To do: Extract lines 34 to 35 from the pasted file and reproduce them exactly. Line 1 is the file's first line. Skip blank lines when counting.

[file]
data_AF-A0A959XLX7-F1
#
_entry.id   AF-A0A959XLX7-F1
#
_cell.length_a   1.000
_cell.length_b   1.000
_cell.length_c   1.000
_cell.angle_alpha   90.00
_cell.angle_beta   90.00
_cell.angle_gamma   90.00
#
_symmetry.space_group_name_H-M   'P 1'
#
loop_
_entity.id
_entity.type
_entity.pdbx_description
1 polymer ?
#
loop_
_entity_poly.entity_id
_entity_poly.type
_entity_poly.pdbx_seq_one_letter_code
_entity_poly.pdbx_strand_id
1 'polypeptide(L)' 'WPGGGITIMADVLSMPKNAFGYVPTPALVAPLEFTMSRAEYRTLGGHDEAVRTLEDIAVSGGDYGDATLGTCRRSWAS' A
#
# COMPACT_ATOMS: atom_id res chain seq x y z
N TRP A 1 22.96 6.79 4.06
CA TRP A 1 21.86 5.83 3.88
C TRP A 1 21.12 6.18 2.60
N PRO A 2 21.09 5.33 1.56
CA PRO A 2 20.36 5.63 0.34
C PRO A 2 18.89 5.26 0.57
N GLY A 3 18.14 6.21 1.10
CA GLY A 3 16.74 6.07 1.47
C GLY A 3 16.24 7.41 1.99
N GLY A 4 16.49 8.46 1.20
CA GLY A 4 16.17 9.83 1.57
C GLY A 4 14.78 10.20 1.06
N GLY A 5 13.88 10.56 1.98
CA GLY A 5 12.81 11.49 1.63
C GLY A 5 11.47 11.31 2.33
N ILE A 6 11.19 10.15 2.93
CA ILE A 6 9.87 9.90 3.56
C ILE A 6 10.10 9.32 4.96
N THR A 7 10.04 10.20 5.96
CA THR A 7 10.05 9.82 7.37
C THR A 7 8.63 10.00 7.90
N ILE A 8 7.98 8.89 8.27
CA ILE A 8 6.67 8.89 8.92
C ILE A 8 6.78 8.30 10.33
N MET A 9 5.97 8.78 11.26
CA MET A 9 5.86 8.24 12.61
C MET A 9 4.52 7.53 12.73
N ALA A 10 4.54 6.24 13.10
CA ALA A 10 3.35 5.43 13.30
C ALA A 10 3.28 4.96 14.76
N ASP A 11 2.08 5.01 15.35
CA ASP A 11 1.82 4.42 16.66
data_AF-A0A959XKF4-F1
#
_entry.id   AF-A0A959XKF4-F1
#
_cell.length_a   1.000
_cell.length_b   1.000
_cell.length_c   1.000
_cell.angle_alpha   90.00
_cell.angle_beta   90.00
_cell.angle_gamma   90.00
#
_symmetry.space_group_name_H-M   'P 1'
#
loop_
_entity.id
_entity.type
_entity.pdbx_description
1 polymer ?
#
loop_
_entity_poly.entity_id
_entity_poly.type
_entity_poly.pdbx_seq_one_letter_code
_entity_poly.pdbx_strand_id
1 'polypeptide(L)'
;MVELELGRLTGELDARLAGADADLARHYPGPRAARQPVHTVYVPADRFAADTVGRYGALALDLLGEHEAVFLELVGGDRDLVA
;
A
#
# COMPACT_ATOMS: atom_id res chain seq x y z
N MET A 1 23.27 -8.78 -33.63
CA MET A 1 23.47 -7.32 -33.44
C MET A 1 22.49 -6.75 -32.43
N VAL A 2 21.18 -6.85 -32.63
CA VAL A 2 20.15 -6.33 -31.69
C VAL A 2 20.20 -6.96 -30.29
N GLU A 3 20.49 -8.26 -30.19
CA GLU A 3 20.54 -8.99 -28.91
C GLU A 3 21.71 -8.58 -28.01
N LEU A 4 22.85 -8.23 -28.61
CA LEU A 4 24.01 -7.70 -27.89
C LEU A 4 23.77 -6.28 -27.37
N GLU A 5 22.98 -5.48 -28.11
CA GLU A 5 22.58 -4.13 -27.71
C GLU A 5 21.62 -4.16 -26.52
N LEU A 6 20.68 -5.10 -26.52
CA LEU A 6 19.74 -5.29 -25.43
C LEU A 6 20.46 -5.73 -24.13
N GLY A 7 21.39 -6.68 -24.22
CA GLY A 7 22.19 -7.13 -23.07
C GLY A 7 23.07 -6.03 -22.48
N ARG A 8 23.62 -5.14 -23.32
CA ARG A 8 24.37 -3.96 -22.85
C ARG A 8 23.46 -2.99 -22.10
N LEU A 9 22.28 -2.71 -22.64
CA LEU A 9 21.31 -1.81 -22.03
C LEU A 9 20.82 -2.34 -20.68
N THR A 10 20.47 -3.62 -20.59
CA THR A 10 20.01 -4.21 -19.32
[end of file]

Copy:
N GLY A 3 18.14 6.21 1.10
CA GLY A 3 16.74 6.07 1.47